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CURRICULUM ISSUES- INQUIRY
[ Thread ][ Subject ][ Author ][ Date ]Dave Beaman
Wed, 9 Apr 1997 12:42:27 +0100
The discussion on inquiry learning has been "eye-opening" to say the least!
I believe the discussion shows the many different ways we approach
inquiry. As a high school art teacher attempting to use inquiry in my
classroom, I'd like to share some of what I've learned in the past three
1- the majority of my students have no sense of how to
practice inquiry- It seems like students have a system
of "cramming" to learn;spitting out the information
for a test and then forgetting what they "learned." I
continually get students coming up to me and saying "I
don't like your class because you make me think!"
If they stick with it many figure out that inquiry
works across disciplines- they use it in different
classes and it pays off. I've taught them a method.
2- Inquiry works best when it's focused, authentic,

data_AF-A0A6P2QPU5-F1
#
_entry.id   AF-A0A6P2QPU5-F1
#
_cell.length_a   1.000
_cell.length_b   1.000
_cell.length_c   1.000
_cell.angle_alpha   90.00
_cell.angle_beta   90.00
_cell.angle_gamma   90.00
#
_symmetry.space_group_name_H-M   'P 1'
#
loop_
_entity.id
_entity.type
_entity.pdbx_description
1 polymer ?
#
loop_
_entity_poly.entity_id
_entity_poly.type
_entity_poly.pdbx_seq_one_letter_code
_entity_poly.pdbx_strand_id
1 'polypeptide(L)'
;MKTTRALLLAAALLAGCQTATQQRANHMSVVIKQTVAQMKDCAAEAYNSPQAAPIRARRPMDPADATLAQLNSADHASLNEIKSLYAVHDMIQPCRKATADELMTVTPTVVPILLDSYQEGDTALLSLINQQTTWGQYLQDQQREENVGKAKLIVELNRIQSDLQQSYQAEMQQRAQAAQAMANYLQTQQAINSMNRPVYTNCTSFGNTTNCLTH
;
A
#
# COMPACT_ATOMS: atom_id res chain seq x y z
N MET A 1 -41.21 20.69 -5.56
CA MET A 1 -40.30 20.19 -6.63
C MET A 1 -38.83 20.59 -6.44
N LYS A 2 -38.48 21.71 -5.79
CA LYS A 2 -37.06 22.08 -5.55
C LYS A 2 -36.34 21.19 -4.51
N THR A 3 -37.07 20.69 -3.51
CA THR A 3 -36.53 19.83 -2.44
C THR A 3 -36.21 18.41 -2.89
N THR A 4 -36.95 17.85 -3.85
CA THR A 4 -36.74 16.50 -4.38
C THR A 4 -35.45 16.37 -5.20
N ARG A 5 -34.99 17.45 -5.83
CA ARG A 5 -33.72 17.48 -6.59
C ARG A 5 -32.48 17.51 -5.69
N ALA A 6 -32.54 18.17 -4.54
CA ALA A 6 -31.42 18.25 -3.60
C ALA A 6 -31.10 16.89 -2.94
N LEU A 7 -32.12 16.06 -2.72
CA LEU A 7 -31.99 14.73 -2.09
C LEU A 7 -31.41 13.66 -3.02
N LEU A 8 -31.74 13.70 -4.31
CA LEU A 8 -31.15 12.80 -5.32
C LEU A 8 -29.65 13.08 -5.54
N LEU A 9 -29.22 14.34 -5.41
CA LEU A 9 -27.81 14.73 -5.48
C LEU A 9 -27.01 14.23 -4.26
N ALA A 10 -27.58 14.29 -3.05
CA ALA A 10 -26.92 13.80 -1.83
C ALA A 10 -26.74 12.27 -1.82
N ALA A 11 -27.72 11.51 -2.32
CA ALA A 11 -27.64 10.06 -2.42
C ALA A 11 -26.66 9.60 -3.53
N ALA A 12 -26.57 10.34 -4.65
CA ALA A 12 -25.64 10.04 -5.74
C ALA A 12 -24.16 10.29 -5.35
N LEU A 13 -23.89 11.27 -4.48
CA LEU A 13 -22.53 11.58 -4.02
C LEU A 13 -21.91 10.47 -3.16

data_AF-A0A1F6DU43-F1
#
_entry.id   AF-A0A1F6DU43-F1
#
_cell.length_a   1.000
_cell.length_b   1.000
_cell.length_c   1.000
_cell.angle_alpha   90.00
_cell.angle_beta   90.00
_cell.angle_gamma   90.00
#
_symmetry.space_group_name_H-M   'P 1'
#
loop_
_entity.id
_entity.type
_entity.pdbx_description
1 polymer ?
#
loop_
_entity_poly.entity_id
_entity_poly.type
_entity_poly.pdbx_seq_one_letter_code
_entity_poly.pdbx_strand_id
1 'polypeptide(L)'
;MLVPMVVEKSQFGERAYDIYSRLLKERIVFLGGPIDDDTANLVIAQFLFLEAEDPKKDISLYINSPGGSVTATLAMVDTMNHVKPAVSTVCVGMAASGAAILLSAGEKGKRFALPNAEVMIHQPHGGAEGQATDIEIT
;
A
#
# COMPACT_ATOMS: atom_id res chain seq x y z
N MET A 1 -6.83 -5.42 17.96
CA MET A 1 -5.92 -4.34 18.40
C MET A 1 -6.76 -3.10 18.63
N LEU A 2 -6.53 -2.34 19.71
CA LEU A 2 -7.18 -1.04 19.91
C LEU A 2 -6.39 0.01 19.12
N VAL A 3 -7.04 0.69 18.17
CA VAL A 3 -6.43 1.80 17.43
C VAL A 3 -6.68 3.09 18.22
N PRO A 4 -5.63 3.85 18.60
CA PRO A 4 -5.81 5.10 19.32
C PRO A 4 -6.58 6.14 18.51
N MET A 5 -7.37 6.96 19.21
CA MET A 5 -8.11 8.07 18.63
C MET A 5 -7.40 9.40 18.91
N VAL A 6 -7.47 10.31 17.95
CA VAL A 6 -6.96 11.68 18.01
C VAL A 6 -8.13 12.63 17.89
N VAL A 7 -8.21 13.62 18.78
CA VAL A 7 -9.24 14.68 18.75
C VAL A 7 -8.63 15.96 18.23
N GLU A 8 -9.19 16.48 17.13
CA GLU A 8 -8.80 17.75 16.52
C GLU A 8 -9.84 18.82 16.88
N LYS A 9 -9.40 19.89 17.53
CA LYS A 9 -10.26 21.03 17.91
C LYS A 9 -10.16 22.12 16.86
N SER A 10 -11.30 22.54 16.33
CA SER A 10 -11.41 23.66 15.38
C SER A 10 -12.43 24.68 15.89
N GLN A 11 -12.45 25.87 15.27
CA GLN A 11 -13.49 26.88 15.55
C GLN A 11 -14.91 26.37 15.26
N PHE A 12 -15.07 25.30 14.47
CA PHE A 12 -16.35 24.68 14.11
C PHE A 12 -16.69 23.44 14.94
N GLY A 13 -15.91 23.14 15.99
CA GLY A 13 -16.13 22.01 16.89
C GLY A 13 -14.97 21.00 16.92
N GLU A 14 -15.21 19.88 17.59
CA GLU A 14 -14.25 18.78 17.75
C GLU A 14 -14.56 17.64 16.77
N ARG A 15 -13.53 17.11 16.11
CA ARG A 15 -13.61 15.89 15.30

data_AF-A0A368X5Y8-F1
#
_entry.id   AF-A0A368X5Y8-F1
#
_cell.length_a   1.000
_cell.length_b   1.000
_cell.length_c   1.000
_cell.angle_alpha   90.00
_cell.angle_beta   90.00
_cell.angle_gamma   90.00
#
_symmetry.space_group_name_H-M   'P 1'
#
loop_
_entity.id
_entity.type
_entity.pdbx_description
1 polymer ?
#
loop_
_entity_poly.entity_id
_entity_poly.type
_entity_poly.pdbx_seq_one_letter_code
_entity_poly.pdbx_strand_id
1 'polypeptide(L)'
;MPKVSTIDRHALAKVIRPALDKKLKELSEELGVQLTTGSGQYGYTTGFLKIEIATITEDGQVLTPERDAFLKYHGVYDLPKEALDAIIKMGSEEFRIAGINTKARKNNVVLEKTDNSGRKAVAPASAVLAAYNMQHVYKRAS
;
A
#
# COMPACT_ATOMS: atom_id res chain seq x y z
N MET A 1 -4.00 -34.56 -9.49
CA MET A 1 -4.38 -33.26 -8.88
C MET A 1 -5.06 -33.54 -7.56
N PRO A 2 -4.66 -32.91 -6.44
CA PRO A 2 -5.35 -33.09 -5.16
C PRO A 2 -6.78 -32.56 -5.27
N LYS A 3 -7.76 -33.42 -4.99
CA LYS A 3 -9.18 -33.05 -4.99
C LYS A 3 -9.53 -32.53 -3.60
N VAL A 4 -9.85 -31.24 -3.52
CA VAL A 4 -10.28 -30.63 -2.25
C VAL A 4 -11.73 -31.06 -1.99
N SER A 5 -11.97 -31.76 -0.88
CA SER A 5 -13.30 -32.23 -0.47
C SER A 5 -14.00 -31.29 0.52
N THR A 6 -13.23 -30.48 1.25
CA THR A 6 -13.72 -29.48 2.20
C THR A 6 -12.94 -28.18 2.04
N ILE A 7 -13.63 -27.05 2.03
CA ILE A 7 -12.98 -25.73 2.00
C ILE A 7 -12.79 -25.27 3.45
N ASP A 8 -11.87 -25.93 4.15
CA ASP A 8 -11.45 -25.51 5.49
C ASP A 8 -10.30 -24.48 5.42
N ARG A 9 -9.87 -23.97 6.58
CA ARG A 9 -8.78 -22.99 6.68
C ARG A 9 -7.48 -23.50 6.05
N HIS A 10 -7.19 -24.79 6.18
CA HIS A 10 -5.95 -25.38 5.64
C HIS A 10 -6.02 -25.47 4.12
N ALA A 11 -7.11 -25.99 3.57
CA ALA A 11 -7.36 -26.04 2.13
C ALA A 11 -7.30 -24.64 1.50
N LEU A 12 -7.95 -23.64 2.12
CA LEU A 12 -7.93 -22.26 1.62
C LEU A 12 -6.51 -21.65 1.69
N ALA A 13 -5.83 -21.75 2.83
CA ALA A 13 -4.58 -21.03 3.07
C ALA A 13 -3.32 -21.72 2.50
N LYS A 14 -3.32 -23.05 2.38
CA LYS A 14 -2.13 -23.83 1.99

unbiased, embedded and generalizable. For this reason,
when I teach the process, I model it, have my students
practice in groups, and finally, apply it to personal
choices. "Dripping" the process of inquiry over a
period acts to embed it- the students become "engaged"
when they come to a realization that they "can" be
successful with this approach.
Are my efforts lasting?- When students continue to art classes, I encourage
them to continue working with inquiry. Those that do have a much easier
time coming up with ideas and are, on the whole, more successful in their
efforts. To sum up, unless I help my students with inquiry, they can't find
don't even know what questions to ask. With many art teachers approaching
the teaching of art from the basis of technique and production (ignoring
criticism, history and aesthetics) kids fail to learn a valuable lesson-
why learn? Our entire system of education is failing if we cannot engage
students to learn, with passion, for themselves. If they don't learn is it
because we fail to guide? That's why I believe Our Place in the World,
ArtsEdNet and DBAE are so important- the structure and purpose gives my
efforts a sense of direction. More later......
DAVE BEAMAN-STAPLES/MOTLEY HIGH SCHOOL